Desirable companies: Google only tech company in Malaysia’s Top 5

  • JobStreet survey of companies Malaysians most want to work for
  • Petronas and Shell take top spots, followed by Google, Maybank and Sime Darby
Desirable companies: Google only tech company in Malaysia’s Top 5

GOOGLE Malaysia was the only technology company in a recent survey by online recruitment portal JobStreet.com on the top companies Malaysian employees want to work for, and why, with petroleum giants taking the first two spots.
 
The local subsidiary of the US tech giant came in third with 8% of the votes, with government-linked company (GLC) Petronas ringing in at No 1 with 18% and Shell a close second with 14% of the votes.
 
Maybank and Sime Darby claimed the joint fourth spot with 3% of the votes each, according to JobStreet.com.
 
A total of 450 employees across various industries in Malaysia participated in this survey conducted in July, the company said in a statement.
 
Salary was the main reason candidates want to work for these companies, although experienced candidates would opt for company reputation as their second preference when selecting a company to work for.
 
Fresh graduates or jobseekers new to the workforce placed learning, training and development as their second priority. They see training as development opportunities to enhance their work skills for better prospects in the long run, JobStreet.com said.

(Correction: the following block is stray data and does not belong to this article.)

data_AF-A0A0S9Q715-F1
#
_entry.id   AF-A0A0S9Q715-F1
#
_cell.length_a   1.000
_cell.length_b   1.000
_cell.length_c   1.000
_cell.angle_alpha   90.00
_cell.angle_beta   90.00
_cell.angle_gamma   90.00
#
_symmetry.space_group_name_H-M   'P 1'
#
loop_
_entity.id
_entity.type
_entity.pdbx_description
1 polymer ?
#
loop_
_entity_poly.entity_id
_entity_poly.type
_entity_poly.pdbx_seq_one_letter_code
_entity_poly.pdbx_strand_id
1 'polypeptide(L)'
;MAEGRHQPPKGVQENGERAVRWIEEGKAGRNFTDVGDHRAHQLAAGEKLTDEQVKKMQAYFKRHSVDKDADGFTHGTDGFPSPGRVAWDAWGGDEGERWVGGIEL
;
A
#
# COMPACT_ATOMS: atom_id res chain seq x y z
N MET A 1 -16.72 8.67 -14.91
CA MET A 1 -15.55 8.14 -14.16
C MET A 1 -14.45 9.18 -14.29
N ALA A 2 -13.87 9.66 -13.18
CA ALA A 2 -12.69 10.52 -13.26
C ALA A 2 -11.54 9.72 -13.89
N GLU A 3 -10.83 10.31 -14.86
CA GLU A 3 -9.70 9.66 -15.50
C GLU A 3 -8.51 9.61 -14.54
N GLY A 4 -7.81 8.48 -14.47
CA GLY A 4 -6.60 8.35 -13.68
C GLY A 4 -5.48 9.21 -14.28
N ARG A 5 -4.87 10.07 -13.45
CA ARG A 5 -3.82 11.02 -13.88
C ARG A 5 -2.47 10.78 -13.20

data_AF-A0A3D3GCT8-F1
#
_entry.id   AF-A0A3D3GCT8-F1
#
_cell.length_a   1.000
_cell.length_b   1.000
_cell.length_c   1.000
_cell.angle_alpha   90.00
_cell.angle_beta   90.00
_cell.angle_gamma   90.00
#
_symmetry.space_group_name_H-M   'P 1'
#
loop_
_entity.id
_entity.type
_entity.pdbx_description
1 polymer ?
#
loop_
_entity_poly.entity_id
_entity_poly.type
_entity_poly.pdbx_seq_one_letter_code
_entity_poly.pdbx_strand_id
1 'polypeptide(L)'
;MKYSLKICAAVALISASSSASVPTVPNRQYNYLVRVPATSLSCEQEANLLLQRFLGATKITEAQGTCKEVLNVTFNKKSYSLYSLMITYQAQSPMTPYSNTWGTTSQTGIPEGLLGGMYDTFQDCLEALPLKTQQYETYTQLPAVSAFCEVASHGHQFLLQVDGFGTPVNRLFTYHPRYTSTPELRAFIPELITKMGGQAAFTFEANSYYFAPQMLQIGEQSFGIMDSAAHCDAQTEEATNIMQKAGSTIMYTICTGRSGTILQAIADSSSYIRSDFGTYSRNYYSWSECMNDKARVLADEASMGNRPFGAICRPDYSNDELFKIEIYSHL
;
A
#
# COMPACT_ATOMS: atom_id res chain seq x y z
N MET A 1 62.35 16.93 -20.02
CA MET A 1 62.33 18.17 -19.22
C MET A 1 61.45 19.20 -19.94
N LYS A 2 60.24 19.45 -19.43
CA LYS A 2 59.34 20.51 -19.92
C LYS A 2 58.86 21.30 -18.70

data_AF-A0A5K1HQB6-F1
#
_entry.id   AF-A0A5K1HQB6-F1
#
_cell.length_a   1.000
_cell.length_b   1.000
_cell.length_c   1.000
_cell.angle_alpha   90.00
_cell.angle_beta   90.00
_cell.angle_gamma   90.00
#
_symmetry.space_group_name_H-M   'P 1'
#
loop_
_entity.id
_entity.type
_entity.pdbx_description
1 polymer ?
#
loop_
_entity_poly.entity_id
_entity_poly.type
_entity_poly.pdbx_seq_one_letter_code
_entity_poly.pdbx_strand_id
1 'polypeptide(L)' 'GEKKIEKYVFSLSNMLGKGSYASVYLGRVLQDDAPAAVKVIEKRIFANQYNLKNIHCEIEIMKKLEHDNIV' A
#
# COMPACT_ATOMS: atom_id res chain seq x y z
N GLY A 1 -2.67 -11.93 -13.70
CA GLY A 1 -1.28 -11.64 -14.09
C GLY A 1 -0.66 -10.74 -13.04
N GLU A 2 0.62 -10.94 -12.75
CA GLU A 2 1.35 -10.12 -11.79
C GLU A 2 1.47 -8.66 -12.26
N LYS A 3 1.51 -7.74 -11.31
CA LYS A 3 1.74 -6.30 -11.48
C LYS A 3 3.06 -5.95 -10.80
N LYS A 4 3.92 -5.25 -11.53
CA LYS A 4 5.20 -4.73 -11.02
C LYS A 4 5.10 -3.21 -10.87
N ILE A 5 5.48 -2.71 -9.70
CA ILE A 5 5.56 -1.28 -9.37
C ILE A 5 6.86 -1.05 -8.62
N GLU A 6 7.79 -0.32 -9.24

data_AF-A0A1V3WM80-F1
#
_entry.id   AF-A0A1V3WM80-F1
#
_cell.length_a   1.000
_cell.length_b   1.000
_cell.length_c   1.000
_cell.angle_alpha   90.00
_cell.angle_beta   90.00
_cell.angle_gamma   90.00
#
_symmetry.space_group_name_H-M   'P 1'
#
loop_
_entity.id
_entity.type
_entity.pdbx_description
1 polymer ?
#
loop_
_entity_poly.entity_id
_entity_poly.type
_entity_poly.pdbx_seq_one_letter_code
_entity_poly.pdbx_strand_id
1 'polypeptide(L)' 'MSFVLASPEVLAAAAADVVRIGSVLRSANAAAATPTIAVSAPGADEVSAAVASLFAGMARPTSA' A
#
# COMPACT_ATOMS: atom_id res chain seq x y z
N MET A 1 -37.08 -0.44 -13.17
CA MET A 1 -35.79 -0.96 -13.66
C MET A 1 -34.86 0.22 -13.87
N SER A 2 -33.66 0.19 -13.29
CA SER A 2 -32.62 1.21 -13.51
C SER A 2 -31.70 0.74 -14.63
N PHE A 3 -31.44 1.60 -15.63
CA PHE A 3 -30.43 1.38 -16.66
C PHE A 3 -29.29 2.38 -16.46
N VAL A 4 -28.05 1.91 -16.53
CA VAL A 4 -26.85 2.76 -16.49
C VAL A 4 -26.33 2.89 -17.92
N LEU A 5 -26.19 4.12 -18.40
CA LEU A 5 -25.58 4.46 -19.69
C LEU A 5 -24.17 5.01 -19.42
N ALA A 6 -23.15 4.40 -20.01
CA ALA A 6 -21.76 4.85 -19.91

Benefits and incentives came in third as a workplace consideration across all position levels, followed by quality of leadership. Work environment and culture were chosen as their fourth and fifth consideration respectively.
 
Google is famous for its work environment, and its local subsidiary scored high here too.

Desirable companies: Google only tech company in Malaysia’s Top 5

“I really like being in such a dynamic environment as it brings out the best in people,” a digital analyst from Google Malaysia said in the statement issued by JobStreet.com.
 
“Our open culture is evident in the way our office space is organised – lots of open spaces, community areas which are furnished with games and sports that we all love, and everyone sits together without their own private cubicles.
 
“This makes for great discussion, brainstorming and exchange of experience, which is really valuable especially when you’re just starting out in your career.”